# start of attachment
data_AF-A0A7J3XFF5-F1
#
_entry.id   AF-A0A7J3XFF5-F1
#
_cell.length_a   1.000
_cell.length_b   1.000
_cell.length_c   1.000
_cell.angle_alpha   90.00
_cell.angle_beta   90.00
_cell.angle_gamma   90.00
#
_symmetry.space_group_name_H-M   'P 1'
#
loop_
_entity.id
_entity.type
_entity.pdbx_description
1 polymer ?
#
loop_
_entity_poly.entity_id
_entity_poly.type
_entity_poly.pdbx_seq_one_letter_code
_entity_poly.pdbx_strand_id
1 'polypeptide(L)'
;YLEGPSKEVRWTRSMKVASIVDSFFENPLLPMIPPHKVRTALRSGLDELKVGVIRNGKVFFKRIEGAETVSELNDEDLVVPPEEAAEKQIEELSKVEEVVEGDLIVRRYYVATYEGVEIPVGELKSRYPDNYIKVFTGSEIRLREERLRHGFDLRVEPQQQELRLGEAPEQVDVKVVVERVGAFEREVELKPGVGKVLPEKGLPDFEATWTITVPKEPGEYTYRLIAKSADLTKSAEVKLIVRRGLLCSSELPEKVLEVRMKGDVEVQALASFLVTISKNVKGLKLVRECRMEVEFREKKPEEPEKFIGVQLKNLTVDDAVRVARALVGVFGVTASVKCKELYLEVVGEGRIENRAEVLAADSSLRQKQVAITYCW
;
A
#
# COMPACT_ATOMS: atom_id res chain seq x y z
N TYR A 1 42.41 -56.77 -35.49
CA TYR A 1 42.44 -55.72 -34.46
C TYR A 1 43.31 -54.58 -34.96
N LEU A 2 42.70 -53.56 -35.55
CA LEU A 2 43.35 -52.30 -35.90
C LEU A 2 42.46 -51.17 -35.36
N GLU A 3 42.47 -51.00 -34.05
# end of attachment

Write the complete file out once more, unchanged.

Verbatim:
data_AF-A0A7J3XFF5-F1
#
_entry.id   AF-A0A7J3XFF5-F1
#
_cell.length_a   1.000
_cell.length_b   1.000
_cell.length_c   1.000
_cell.angle_alpha   90.00
_cell.angle_beta   90.00
_cell.angle_gamma   90.00
#
_symmetry.space_group_name_H-M   'P 1'
#
loop_
_entity.id
_entity.type
_entity.pdbx_description
1 polymer ?
#
loop_
_entity_poly.entity_id
_entity_poly.type
_entity_poly.pdbx_seq_one_letter_code
_entity_poly.pdbx_strand_id
1 'polypeptide(L)'
;YLEGPSKEVRWTRSMKVASIVDSFFENPLLPMIPPHKVRTALRSGLDELKVGVIRNGKVFFKRIEGAETVSELNDEDLVVPPEEAAEKQIEELSKVEEVVEGDLIVRRYYVATYEGVEIPVGELKSRYPDNYIKVFTGSEIRLREERLRHGFDLRVEPQQQELRLGEAPEQVDVKVVVERVGAFEREVELKPGVGKVLPEKGLPDFEATWTITVPKEPGEYTYRLIAKSADLTKSAEVKLIVRRGLLCSSELPEKVLEVRMKGDVEVQALASFLVTISKNVKGLKLVRECRMEVEFREKKPEEPEKFIGVQLKNLTVDDAVRVARALVGVFGVTASVKCKELYLEVVGEGRIENRAEVLAADSSLRQKQVAITYCW
;
A
#
# COMPACT_ATOMS: atom_id res chain seq x y z
N TYR A 1 42.41 -56.77 -35.49
CA TYR A 1 42.44 -55.72 -34.46
C TYR A 1 43.31 -54.58 -34.96
N LEU A 2 42.70 -53.56 -35.55
CA LEU A 2 43.35 -52.30 -35.90
C LEU A 2 42.46 -51.17 -35.36
N GLU A 3 42.47 -51.00 -34.05